Since cefuroxime is excreted in human milk, caution should be exercised when cefuroxime for injection is administered to a nursing woman.
Safety and effectiveness in pediatric patients below 3 months of age have not been established. Accumulation of other members of the cephalosporin class in newborn infants (with resulting prolongation of drug half-life) has been reported.
Of the 1,914 subjects who received cefuroxime in 24 clinical studies of cefuroxime for injection, 901 (47%) were 65 years and older while 421 (22%) were 75 years and older. No overall differences in safety or effectiveness were observed between these subjects, and younger subjects, and other reported clinical experience has not identified differences in responses between the elderly and younger patients, but greater susceptibility of some older individuals to drug effects cannot be ruled out. This drug is known to be substantially excreted by the kidney, and the risk of toxic reactions to this drug may be greater in patients with impaired renal function. Because elderly patients are more likely to have decreased renal function, care should be taken in dose selection, and it may be useful to monitor renal function (see DOSAGE AND ADMINISTRATION).
Cefuroxime for injection is generally well tolerated. The most common adverse effects have been local reactions following IV administration. Other adverse reactions have been encountered only rarely.
Gastrointestinal symptoms occurred in 1 in 150 patients and included diarrhea (1 in 220 patients) and nausea (1 in 440 patients). The onset of pseudomembranous colitis may occur during or after antibacterial treatment (see WARNINGS).
Hypersensitivity reactions have been reported in fewer than 1% of the patients treated with cefuroxime for injection and include rash (1 in 125). Pruritus, urticaria, and positive Coombs' test each occurred in fewer than 1 in 250 patients, and, as with other cephalosporins, rare cases of anaphylaxis, drug fever, erythema multiforme, interstitial nephritis, toxic epidermal necrolysis, and Stevens-Johnson syndrome have occurred.
A decrease in hemoglobin and hematocrit has been observed in 1 in 10 patients and transient eosinophilia in 1 in 14 patients. Less common reactions seen were transient neutropenia (fewer than 1 in 100 patients) and leukopenia (1 in 750 patients). A similar pattern and incidence were seen with other cephalosporins used in controlled studies. As with other cephalosporins, there have been rare reports of thrombocytopenia.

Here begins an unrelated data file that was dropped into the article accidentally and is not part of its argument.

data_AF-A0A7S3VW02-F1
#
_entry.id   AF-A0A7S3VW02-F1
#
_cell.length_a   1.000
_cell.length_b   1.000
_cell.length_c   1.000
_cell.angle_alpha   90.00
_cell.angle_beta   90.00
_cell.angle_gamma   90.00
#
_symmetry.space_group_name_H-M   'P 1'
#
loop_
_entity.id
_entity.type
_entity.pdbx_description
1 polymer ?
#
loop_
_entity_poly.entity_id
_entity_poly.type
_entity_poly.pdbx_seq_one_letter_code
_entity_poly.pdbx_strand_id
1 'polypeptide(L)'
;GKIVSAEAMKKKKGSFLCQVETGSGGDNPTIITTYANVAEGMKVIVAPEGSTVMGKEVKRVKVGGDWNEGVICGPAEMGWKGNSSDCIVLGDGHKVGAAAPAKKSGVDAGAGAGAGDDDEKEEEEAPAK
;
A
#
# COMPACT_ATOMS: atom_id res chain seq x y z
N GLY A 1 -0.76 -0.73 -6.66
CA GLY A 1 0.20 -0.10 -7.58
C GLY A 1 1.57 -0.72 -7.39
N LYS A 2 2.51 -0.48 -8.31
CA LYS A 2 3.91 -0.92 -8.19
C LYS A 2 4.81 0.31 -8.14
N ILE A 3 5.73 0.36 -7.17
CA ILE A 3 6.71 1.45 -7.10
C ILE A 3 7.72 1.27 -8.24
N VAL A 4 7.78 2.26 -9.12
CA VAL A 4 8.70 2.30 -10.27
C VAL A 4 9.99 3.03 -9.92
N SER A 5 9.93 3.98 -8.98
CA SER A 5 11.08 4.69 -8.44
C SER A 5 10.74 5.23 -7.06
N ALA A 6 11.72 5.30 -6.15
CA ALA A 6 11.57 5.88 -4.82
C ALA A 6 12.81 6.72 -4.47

Transient rise in SGOT and SGPT (1 in 25 patients), alkaline phosphatase (1 in 50 patients), LDH (1 in 75 patients), and bilirubin (1 in 500 patients) levels has been noted.
Elevations in serum creatinine and/or blood urea nitrogen and a decreased creatinine clearance have been observed, but their relationship to cefuroxime is unknown.
In addition to the adverse events reported during clinical trials, the following events have been observed during clinical practice in patients treated with cefuroxime for injection and were reported spontaneously. Data are generally insufficient to allow an estimate of incidence or to establish causation.
Immune System Disorders
In addition to the adverse reactions listed above that have been observed in patients treated with cefuroxime, the following adverse reactions and altered laboratory tests have been reported for cephalosporin-class antibiotics:
Vomiting, abdominal pain, colitis, vaginitis including vaginal candidiasis, toxic nephropathy, hepatic dysfunction including cholestasis, aplastic anemia, hemolytic anemia, hemorrhage.
Several cephalosporins, including cefuroxime for injection, have been implicated in triggering seizures, particularly in patients with renal impairment when the dosage was not reduced (see DOSAGE AND ADMINISTRATION). If seizures associated with drug therapy should occur, the drug should be discontinued. Anticonvulsant therapy can be given if clinically indicated.
Altered Laboratory Tests
Prolonged prothrombin time, pancytopenia, agranulocytosis.
Overdosage of cephalosporins can cause cerebral irritation leading to convulsions. Serum levels of cefuroxime can be reduced by hemodialysis and peritoneal dialysis.
The usual adult dosage range for cefuroxime for injection is 750 mg to 1.5 grams every 8 hours, usually for 5 to 10 days. In uncomplicated urinary tract infections, skin and skin-structure infections, disseminated gonococcal infections, and uncomplicated pneumonia, a 750 mg dose every 8 hours is recommended. In severe or complicated infections, a 1.5 gram dose every 8 hours is recommended.
In bone and joint infections, a 1.5 gram dose every 8 hours is recommended. In clinical trials, surgical intervention was performed when indicated as an adjunct to therapy with cefuroxime for injection. A course of oral antibiotics was administered when appropriate following the completion of parenteral administration of cefuroxime for injection.
In life-threatening infections or infections due to less susceptible organisms, 1.5 grams every 6 hours may be required. In bacterial meningitis, the dosage should not exceed 3 grams every 8 hours. The recommended dosage for uncomplicated gonococcal infection is 1.5 grams given intramuscularly as a single dose at 2 different sites together with 1 gram of oral probenecid. For preventive use for clean-contaminated or potentially contaminated surgical procedures, a 1.5 gram dose administered intravenously just before surgery (approximately one-half to 1 hour before the initial incision) is recommended. Thereafter, give 750 mg intravenously or intramuscularly every 8 hours when the procedure is prolonged.
For preventive use during open heart surgery, a 1.5 gram dose administered intravenously at the induction of anesthesia and every 12 hours thereafter for a total of 6 grams is recommended.
A reduced dosage must be employed when renal function is impaired. Dosage should be determined by the degree of renal impairment and the susceptibility of the causative organism (see Table 4).
750 mg to 1.5 grams
10 to 20